Anyway, I now need to give my starter it’s first “feed”. So, I added 75g of flour and another 100g of warm water. I then gave it a good stir up, put the clingfilm back on and put it back in my office. I’ll keep an eye on it overnight to see if any more bubbles start to appear.
Recently I have been making more and more of my own bread and one type of bread that I’ve read a lot about is sourdough. I’ve been wanting to try my own for a while now and as you probably know, you can’t make sourdough without a starter.
A sourdough starter is a strange and mythical beast. Traditionally there is no yeast added, it just uses the natural yeasts that are in the air all around us.
So, to get me started on my adventure I read several of my bread books and loads of articles on the internet. From all of these, I found that there are lots of do’s and don’ts and it all seemed over complicated. Even though man has been making it for thousands of years, there is no “correct” recipe, the only thing that everyone agrees on is that no-one can agree on one recipe.
So here is the beginnings of my adventure to make a sourdough starter. Will it work? Stay tuned and we’ll find out!
To start with I got an old glass Kilner jar and put in 75g of strong stoneground wholemeal flour. To this I added 100g of warm water and mixed it all together with a fork until I ended up with a thickish batter. I covered the top with cling film and put it in my office (which usually stays around 20 degrees). And that’s it! I now need to leave it a day and see if anything happens and give it it’s first feed.
If you are going to try this yourself, make sure that you use a jar/tub/whatever that is big enough to hold at least 4 times what you add at the start otherwise it’s going to get messy.
If everything goes to plan and I end up with a usable sourdough starter then I’ll put everything together into a “How to make your own sourdough starter” post.
For a while now I’ve been looking for the perfect scone recipe. For me, a scone should be light, well risen (but not toweringly tall), slightly crumbly inside, nicely browned and above all taste delicious!
It shouldn’t be to “cakey” inside and it doesn’t have to be perfectly formed with dead straight sides. Scones should be rustic and slightly misshapen, they should look like they were made by hand, not in a factory.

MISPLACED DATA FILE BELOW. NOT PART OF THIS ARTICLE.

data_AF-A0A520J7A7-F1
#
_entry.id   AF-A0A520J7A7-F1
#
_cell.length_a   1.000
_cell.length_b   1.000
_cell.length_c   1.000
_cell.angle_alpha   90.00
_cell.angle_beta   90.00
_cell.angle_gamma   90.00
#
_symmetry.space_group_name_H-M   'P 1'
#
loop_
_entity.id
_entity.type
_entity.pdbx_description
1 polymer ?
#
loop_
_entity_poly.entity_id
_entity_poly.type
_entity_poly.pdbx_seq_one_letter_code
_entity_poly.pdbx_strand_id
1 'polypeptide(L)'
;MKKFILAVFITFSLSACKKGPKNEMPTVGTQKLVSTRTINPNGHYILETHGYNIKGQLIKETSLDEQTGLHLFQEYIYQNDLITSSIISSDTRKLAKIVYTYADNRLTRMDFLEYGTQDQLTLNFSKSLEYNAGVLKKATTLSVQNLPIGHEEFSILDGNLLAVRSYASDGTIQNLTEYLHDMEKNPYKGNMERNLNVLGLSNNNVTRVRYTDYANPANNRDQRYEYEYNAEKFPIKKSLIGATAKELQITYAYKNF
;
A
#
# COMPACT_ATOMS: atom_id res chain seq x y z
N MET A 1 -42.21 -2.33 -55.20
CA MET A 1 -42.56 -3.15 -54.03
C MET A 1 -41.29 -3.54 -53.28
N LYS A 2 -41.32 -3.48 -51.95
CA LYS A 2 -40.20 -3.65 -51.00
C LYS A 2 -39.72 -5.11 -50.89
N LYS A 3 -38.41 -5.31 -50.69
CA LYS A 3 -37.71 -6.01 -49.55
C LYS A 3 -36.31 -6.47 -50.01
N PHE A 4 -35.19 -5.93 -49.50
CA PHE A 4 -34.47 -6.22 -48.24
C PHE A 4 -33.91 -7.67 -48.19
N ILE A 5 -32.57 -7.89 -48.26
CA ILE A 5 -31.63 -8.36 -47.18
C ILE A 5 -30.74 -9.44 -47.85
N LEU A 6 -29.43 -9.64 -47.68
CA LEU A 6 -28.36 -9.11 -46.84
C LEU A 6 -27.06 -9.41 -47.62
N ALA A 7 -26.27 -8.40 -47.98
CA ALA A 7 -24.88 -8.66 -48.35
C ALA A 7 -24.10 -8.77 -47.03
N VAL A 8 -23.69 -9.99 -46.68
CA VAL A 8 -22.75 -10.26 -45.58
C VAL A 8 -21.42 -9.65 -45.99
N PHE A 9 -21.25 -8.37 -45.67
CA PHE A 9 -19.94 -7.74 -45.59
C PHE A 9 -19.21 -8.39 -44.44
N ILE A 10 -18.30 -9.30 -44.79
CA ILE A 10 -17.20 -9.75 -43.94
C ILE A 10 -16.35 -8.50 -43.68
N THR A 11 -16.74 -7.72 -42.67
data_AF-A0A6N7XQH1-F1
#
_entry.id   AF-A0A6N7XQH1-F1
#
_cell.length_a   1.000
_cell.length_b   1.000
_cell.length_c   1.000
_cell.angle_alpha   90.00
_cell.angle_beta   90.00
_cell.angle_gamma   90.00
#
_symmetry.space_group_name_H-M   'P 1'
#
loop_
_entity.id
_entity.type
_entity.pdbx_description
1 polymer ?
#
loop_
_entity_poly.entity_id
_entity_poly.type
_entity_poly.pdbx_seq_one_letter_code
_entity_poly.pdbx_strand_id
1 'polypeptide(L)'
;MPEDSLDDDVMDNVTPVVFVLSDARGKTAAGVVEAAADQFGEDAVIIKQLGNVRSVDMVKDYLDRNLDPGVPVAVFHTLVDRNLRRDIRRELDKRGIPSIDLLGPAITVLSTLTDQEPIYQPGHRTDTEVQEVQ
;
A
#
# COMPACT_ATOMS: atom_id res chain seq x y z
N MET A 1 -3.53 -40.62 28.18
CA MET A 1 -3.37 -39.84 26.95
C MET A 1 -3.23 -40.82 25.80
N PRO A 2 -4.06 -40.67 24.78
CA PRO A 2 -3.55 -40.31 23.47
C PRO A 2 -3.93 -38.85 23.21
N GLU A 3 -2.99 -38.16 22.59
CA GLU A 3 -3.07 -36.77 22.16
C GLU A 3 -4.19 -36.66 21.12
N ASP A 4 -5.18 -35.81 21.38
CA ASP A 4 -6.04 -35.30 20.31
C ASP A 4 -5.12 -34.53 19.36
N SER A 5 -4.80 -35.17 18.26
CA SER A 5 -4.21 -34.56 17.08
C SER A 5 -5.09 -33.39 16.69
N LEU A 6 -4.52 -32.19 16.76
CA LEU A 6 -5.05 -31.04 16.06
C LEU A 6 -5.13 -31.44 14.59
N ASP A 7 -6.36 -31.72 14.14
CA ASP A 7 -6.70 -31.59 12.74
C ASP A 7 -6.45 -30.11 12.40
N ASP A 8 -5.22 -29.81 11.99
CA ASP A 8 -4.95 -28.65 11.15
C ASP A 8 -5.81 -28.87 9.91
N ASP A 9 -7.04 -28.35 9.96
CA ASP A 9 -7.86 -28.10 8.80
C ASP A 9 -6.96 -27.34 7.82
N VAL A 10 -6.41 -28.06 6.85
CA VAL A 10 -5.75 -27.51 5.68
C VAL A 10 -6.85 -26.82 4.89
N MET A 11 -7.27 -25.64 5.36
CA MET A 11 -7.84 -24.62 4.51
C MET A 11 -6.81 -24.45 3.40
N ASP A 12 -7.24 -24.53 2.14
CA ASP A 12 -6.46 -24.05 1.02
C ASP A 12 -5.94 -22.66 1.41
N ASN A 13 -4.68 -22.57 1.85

In my quest for the perfect scone, I asked my friends on Twitter, Facebook and CIX for their recipes, tips and tricks. I searched the internet and looked through all my baking books, comparing all the different recipes. I combined everything together and baked several batches, trying different techniques and oven temperatures. I’m not saying the recipe below is perfect, but they are the best scones I’ve made so far!
As I mentioned in this post, last week I took part in the Great Food Blogger Cookie Swap 2011. This involved baking 3 batches of 12 cookies and posting them out to fellow food bloggers.
After a lot of thought, I decided to go with some delicious Orange Chocolate Chip Cookies. I was going to try a new recipe for Coffee chocolate chip cookies but I know that a lot of people don’t like coffee flavoured cakes/biscuits so thought it best not to disappoint anyone.
Below is the recipe I used if you want to try baking some yourself. The recipe makes about 18 good size cookies but you can half the amounts if you don’t want that many.
For a while now I’ve been looking for a good recipe for soft, light and fluffy bread buns. Don’t get me wrong, I LOVE bread with a good crunchy crust, but you can’t beat light and soft bread baps for for sandwiches, burgers etc. So after months of searching and several batches later I’ve come up with what I think is a great recipe.
The recipe shown here makes 6 large rolls but you could easily adjust the quantities to make more or less.